By now you know that S&P put 15 Eurozone countries on credit watch with negative implications. This was of course not a black swan but simply the latest in a long unfolding saga. The point of today’s brief post (I have an incredibly hectic week) is to isolate the ongoing thesis that the worst financial crisis in 80 years for both the US and Europe is going to take a long time to fully unwind (unravel?). While it may no longer correct to say it is early days in this, using the baseball analogy I would say it is the middle innings at most and to take the analogy a little further it is the middle innings of a Red Sox-Yankees game which tend to last 4.5 hours as opposed to the normal three hours. I have had and continue to have serious doubts about valuation arguments for the most affected market segments. As I have been saying all along there will be trades to be had for those who are nimble–XLF is up 11.7% in the last five days–but a nice lift does not mean things are fixed fundamentally. At some point the valuation argument will turn out to be correct but for now the news continues to be bad without even a vague notion of what a resolution might be. Yes buying when there is fear and uncertainty is more than valid, there has been fear and uncertainty surrounding this for several years and “opportunistic” purchases has amounted to catching falling knives and it has worked out badly. Whatever positive argument anyone is making today, the same...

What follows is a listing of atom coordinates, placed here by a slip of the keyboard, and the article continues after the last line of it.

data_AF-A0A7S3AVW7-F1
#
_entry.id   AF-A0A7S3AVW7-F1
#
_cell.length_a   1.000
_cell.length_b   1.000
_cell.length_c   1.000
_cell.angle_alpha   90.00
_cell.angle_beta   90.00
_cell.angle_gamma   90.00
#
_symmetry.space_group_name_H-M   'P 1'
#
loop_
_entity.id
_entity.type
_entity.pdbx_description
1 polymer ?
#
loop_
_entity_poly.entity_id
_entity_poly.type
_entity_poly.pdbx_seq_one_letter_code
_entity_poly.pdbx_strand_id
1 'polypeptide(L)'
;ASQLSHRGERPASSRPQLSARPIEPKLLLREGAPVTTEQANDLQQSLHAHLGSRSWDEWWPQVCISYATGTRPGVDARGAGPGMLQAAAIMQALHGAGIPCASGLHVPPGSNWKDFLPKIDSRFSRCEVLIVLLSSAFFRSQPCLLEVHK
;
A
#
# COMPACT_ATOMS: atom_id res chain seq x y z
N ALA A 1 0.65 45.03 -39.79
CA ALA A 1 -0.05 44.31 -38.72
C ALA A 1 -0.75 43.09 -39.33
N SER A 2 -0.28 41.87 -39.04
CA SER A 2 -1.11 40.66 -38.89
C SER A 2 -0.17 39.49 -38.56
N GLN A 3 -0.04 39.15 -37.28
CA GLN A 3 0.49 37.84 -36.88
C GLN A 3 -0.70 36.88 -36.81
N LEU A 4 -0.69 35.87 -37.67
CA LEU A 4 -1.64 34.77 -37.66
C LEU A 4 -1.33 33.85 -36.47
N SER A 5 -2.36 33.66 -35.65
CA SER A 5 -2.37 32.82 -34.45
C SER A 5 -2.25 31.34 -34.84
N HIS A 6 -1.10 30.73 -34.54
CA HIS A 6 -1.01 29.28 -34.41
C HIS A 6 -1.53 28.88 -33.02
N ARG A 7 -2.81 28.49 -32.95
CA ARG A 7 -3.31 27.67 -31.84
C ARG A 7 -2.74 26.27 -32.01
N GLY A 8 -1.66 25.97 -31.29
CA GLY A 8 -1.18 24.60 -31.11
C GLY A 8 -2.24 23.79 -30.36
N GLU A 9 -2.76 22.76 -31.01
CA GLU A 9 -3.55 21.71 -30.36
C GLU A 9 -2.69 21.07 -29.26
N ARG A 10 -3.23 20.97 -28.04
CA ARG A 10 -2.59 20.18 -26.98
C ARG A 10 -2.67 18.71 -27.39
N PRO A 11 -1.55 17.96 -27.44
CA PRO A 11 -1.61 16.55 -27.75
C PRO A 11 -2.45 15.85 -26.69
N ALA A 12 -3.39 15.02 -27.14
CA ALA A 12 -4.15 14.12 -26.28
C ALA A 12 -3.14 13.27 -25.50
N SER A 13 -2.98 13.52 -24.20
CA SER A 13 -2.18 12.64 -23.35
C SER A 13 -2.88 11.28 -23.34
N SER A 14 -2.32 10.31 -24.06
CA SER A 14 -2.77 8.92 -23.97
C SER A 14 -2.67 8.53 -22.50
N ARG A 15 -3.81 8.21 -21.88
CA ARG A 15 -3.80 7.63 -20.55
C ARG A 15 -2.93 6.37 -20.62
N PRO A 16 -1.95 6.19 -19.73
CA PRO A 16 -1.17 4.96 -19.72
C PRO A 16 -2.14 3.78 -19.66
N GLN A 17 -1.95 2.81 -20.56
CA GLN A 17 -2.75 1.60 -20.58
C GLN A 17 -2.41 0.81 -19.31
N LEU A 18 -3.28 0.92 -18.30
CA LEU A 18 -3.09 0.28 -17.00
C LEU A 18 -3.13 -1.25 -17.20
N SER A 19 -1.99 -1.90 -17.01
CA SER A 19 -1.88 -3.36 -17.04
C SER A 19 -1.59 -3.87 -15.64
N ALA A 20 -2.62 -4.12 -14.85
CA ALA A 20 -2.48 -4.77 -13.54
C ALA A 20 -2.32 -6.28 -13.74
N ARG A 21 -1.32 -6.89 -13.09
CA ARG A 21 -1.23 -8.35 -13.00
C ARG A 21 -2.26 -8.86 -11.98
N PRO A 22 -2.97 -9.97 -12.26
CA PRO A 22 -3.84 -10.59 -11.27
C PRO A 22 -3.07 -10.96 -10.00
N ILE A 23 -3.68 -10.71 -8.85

Europe Is Still Burning

By now you know that S&P put 15 Eurozone countries on credit watch with negative implications. This was of course not a black swan but simply the latest in a long unfolding saga. The point of today’s brief post (I have an incredibly hectic week) is to isolate the ongoing thesis that the worst financial crisis in 80 years for both the US and Europe is going to take a long time to fully unwind (unravel?). While it may no longer correct to say it is early days in this, using the baseball analogy I would say it is the middle innings at most and to take the analogy a little further it is the middle innings of a Red Sox-Yankees game which tend to last 4.5 hours as opposed to the normal three hours. I have had and continue to have serious doubts about valuation arguments for the most affected market segments. As I have been saying all along there will be trades to be had for those who are nimble–XLF is up 11.7% in the last five days–but a nice lift does not mean things are fixed fundamentally. At some point the valuation argument will turn out to be correct but for now the news continues to be bad without even a vague notion of what a resolution might be. Yes buying when there is fear and uncertainty is more than valid, there has been fear and uncertainty surrounding this for several years and “opportunistic” purchases has amounted to catching falling knives and it has worked out badly. Whatever positive argument anyone is making today, the same...